Women who use chemicals to straighten their hair have an increased risk of uterine cancer, suggests a study by the American Institutes of Health, the NIH (National Institutes of Health), published Monday, October 17, in the Journal of the National Cancer Institute. Black women, who use these products more, would be more affected.
The study involved 33,497 American women, aged 35 to 74, participating in the “Sister” cohort, conducted by the National Institute of Environmental Health Sciences (NIEHS). These were sisters of American women who had developed breast cancer, included from 2003 to 2009 in the “Sister” program. Among them, 7.4% were black, 4.4% Hispanic, 85.6% white and 2.5% belonged to other populations.
This cohort was followed for nearly eleven years. Over this period, 378 cases of uterine cancer were diagnosed. The study finds a clear association: women who used hair straightening products had an 80% increased risk of developing ovarian cancer. Those who frequently used these products – more than four times in the previous year – had a risk multiplied by 2.5. Thereby, “1.64% of women who had never used hair straightening products developed uterine cancer by the age of 70, compared to 4.05% of frequent users of these products “Summarizes Alexandra White, lead author of the study, in a press release from the NIH. A multiplication of risk “concerning”she judges, even if this cancer remains “relatively rare”.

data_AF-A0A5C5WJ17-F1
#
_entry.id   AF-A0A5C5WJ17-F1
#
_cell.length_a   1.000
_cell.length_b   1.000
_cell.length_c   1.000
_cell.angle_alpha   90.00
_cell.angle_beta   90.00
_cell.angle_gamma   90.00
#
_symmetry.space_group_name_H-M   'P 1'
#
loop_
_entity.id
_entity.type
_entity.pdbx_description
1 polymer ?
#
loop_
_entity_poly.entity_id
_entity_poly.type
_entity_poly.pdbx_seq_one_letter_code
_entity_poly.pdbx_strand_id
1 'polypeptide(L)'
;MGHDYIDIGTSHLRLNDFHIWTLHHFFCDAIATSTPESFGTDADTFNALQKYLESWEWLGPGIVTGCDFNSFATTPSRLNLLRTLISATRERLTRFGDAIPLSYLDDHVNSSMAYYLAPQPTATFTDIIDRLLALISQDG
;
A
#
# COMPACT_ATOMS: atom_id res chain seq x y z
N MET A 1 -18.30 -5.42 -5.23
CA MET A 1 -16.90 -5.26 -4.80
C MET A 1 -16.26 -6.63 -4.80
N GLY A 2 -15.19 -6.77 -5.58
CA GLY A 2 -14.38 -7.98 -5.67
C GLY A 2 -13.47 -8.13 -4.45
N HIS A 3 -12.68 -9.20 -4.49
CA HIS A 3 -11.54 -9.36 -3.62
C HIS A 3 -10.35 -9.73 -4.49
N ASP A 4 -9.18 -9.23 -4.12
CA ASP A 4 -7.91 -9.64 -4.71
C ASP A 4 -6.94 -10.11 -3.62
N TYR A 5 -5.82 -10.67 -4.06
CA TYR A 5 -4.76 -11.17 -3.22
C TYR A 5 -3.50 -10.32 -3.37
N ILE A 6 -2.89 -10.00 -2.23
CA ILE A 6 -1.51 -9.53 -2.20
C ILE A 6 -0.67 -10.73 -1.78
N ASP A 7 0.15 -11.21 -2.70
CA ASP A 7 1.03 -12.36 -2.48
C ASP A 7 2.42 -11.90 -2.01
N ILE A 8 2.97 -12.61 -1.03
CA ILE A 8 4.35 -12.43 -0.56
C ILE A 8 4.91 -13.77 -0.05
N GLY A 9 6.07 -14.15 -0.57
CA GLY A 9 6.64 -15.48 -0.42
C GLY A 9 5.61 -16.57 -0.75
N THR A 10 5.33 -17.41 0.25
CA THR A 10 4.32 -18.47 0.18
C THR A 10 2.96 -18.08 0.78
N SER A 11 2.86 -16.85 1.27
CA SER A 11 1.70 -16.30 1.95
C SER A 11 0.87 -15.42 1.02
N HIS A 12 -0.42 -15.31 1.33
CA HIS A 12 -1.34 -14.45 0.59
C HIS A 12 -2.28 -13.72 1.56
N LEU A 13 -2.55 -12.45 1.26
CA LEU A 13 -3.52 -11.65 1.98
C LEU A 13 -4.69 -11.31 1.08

“It’s a really credible study, especially since it shows a dose effect, with a higher risk for the most frequent exposures”, says Suzette Delaloge, director of the personalized cancer prevention program at the Gustave-Roussy Institute (Villejuif, Val-de-Marne). This study confirms the weight of known risk factors such as age, overweight or low level of physical activity.
The researchers also took care to make adjustments to eliminate the impact of other risk factors: body mass index, level of physical activity, menopausal status, alcohol and tobacco consumption, the use of hormones for the purposes of contraception or replacement therapy for the menopause, level of education, profession, place of residence, etc. In addition, women who worked in hairdressing salons or beauty salons beauty were excluded from the analysis so that occupational exposures would not affect the results.
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